dream of an Indian empire has taken life but it also
rapidly came to an end in Pondicherry. Among the
dispersed territories of the territorial Union of
Pondicherry, it is in Pondicherry itself that we can
discover what has symbolized the French influence in
India. That is also what makes this territory unique
and especially, the French district. Something quite
different from the rest of India.
All the French tradition, the quiet atmosphere of
the town influenced by the Ashram of Aurobindo and
the beach, make a whole to give to Pondicherry an
attractive destination. The Union Territory of
Pondicherry includes 4 enclaves located in three
states of South India. It includes the coastal towns
of Pondicherry and Kerala in the Tamilnadu, Yanam in
Andra Pradesh and Mahe in Kerala
The old French colony has retrieved its indian
character, but the scent of the French influence in
"Puducherry" as we call now, can be found again in
the red kepis of the police officers, French
spelling on signboards and traffic signs and some
buildings and old stones .
The slight French accent which tinged Tamil and
English languages that we can sometimes hear,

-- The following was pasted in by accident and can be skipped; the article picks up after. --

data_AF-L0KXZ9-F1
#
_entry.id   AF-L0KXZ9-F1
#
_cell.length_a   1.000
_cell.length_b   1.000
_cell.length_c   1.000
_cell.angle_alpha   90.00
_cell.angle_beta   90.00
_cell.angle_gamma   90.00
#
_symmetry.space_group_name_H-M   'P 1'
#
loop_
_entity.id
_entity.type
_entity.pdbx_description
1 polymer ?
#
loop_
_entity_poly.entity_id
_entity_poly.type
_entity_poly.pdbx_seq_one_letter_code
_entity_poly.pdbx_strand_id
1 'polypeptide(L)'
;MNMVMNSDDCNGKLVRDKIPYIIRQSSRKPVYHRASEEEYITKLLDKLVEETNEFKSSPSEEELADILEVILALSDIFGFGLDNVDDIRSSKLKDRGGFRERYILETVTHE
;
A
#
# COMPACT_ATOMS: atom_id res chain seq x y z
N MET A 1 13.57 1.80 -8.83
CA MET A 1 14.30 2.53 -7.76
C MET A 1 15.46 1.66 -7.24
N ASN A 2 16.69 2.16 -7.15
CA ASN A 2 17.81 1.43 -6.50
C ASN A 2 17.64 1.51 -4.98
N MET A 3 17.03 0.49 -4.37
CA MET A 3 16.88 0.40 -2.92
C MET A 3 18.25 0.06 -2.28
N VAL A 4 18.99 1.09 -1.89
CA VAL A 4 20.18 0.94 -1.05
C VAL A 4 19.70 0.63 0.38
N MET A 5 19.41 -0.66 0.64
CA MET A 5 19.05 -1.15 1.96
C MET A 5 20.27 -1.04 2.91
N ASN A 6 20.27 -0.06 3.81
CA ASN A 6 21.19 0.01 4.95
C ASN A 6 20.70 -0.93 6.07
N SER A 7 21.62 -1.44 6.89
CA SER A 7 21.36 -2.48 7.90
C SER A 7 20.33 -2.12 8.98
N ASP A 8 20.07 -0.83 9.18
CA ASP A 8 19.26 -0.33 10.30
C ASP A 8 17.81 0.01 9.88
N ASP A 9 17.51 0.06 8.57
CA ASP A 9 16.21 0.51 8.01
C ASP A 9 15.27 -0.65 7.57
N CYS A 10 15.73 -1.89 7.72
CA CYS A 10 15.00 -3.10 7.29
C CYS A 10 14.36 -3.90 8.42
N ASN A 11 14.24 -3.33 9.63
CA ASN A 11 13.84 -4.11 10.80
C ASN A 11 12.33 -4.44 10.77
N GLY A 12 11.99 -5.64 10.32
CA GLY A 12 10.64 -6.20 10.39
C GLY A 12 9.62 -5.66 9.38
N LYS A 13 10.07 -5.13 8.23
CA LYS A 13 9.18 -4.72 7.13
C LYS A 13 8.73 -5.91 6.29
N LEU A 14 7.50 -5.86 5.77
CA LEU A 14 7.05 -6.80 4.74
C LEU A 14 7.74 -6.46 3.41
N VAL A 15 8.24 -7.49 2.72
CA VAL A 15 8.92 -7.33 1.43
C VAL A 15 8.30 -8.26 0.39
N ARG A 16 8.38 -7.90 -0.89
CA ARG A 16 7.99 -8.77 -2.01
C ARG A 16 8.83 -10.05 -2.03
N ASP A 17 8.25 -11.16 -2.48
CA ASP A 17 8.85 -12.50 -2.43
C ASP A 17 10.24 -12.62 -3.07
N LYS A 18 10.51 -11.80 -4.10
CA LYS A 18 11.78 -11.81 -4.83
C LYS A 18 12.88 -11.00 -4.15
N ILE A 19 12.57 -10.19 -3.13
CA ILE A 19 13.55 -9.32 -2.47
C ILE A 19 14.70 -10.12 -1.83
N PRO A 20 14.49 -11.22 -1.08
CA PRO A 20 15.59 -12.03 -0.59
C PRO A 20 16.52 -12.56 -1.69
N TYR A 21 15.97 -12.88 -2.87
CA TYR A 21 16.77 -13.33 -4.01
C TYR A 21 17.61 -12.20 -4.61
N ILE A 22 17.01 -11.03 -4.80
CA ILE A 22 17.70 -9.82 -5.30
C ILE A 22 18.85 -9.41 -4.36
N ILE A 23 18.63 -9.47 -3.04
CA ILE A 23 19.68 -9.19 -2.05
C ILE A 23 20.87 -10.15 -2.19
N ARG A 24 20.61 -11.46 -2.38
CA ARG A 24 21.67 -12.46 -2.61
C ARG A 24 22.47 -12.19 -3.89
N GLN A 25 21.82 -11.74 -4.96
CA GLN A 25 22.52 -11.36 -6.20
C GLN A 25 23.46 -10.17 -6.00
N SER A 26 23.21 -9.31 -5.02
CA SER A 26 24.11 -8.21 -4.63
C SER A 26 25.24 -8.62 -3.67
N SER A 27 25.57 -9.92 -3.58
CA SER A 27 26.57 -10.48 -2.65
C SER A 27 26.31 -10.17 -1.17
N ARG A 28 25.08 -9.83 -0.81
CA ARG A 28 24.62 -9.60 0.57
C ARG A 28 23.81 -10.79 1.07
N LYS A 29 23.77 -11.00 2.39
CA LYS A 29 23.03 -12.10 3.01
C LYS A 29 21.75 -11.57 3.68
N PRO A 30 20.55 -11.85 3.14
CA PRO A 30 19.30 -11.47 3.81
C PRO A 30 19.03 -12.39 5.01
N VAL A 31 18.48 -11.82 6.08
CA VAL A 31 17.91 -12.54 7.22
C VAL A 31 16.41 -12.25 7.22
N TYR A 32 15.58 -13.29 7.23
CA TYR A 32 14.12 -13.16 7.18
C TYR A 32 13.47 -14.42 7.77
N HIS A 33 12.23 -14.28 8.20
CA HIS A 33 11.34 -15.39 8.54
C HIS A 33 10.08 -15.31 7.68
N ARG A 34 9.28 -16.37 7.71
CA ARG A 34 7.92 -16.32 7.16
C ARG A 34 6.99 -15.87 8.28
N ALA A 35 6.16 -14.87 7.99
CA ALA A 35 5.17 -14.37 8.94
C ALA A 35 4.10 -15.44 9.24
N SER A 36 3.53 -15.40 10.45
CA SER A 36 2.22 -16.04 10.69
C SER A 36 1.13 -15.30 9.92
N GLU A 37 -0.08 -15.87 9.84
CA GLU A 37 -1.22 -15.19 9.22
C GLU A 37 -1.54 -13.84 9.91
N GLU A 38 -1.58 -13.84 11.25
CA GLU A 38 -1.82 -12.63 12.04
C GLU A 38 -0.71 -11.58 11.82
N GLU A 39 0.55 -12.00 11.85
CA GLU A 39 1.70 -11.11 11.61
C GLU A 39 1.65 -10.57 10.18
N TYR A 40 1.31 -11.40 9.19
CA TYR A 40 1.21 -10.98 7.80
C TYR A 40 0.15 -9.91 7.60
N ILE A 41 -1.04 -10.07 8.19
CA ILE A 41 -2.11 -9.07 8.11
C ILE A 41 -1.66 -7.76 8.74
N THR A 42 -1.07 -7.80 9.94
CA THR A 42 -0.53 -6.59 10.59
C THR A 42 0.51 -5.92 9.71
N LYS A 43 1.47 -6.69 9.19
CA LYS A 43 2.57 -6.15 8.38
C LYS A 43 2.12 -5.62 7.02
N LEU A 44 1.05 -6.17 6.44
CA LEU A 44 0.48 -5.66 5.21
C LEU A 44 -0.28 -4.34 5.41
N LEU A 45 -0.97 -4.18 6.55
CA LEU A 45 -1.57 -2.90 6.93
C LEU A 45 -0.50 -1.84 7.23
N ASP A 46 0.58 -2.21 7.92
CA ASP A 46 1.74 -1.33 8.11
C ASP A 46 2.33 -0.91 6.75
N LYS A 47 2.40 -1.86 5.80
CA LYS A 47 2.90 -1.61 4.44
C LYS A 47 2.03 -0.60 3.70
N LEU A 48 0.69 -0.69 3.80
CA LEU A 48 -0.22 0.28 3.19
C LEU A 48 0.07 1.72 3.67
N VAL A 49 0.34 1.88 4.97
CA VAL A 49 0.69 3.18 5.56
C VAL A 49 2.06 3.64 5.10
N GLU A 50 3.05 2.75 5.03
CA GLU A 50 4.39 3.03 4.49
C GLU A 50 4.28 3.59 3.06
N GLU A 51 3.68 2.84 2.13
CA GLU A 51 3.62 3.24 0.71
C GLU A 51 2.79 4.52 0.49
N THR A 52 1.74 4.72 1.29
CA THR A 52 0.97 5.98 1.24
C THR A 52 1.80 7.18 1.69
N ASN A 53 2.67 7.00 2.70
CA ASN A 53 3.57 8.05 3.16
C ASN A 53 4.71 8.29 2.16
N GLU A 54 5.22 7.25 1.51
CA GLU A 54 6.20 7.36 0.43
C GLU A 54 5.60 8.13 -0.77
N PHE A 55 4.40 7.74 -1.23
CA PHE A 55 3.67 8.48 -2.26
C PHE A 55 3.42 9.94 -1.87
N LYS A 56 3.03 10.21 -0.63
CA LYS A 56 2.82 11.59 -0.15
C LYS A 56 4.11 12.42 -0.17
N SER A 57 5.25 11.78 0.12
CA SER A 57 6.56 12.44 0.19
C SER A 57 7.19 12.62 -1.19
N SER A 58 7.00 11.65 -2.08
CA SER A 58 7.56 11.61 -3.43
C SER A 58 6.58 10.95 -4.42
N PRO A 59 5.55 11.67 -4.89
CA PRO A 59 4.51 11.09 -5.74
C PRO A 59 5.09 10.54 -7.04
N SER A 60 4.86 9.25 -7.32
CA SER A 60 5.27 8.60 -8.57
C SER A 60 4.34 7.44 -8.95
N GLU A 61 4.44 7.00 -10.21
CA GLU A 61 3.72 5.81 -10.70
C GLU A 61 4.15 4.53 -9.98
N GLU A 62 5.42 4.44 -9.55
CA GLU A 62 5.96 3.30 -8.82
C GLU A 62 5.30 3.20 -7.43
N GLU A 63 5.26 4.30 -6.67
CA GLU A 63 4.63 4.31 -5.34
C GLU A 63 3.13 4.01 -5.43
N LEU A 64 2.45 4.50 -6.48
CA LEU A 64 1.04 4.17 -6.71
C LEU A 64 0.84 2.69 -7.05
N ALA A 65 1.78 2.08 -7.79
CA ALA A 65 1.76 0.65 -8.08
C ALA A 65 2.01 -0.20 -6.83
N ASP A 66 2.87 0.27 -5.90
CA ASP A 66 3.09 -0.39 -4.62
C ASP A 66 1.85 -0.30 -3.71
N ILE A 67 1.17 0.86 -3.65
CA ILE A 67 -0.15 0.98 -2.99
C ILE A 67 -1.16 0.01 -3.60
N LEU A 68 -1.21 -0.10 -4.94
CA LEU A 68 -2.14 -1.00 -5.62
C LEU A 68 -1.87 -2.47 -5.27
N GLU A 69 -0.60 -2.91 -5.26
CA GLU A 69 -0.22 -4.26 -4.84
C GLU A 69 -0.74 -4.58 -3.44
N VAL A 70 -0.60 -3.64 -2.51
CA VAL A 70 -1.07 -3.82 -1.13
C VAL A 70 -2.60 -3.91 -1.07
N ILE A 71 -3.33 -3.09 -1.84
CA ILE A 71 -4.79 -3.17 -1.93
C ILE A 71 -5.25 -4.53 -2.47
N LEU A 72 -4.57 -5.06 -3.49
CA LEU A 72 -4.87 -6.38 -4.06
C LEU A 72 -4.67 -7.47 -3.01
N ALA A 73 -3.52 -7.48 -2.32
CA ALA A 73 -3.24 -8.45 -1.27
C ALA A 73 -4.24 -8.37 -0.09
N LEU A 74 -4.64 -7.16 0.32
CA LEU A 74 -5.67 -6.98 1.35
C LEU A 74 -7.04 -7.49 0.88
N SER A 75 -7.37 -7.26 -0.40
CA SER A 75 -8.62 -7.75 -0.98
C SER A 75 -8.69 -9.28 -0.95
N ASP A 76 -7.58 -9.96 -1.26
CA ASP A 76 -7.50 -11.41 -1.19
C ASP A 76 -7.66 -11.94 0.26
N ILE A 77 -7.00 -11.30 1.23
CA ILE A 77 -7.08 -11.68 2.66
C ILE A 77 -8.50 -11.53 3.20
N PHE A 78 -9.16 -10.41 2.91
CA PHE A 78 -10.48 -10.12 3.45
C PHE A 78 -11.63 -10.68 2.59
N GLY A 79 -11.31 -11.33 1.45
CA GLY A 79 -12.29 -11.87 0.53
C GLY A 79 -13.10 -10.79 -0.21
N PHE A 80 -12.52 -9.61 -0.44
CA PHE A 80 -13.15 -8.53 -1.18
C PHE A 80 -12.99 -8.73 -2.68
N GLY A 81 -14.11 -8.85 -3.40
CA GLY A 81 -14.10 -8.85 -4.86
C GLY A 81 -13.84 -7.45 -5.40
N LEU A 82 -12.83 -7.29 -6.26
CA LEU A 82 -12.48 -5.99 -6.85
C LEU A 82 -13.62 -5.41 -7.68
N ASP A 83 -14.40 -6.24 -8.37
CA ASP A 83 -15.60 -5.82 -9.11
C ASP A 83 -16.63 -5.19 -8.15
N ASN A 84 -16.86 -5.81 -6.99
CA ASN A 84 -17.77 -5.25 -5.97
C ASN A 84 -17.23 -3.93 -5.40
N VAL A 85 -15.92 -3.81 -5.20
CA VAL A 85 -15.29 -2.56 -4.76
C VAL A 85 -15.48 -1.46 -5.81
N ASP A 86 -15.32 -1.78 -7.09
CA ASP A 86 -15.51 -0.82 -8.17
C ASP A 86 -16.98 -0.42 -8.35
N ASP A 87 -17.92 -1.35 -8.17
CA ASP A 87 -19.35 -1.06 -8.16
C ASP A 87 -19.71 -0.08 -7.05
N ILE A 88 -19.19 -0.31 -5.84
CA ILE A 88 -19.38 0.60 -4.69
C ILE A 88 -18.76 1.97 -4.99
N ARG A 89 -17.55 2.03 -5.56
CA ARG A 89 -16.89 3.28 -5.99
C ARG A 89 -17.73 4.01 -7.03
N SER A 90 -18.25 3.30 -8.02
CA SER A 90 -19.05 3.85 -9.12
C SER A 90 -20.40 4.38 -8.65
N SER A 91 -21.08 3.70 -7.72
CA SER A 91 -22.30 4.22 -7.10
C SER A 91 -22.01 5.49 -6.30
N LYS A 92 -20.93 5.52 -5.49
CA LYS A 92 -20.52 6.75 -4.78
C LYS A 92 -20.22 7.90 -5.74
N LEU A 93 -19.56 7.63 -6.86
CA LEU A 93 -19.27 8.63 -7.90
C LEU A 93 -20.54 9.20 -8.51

remains a living memory of this culture. In the same
way, the alignment at right angle of the streets
remains a lovely inheritance of French architects.
Legends associate old Pondicherry with the great
Hindu sage Agastya. Excavations in the region of
Arikame near Pondicherry have proved that Romans had
settled 2000 years ago. Pondicherry has been
successively called Poduke and Podukay in the works
of geographers and historians from the first
centuries of our era.
as we know now, became wide known on the arrival of
the French on the 4 February 1673. 20 years after in
1643, the town became the property of the Dutch
before belonging to France in 1699 with the" traité
de Ryswick". François Martin who was appointed
Administrator following the "traité of Ryswick",
restored stability to Pondicherry and developed the
town. Dumas who succeeded him, followed the
principles created by François Martin.
During approximately 250 years, Pondicherry was a
quite a calm town except during the Carnatic Franco
English wars lead by Duplex and Clove.
In 1742, Joseph François Dupleix, became Governor of
the French India. At the same period, war broke out
between France and England. The situation in Europe,
and the ambitions of Dupleix stirred up the Anglo
French conflict in India.
During the next 70 years, Pondicherry survived in
continuous conflicts of power by the French and the
Pondicherry finally came back to France in 1814 till
1954 date at which it joined the rest of the
Independent India. During these years the
contribution of French Indians at the Belle France
and its colonies was significant and even today,
many descending are living in France and overseas.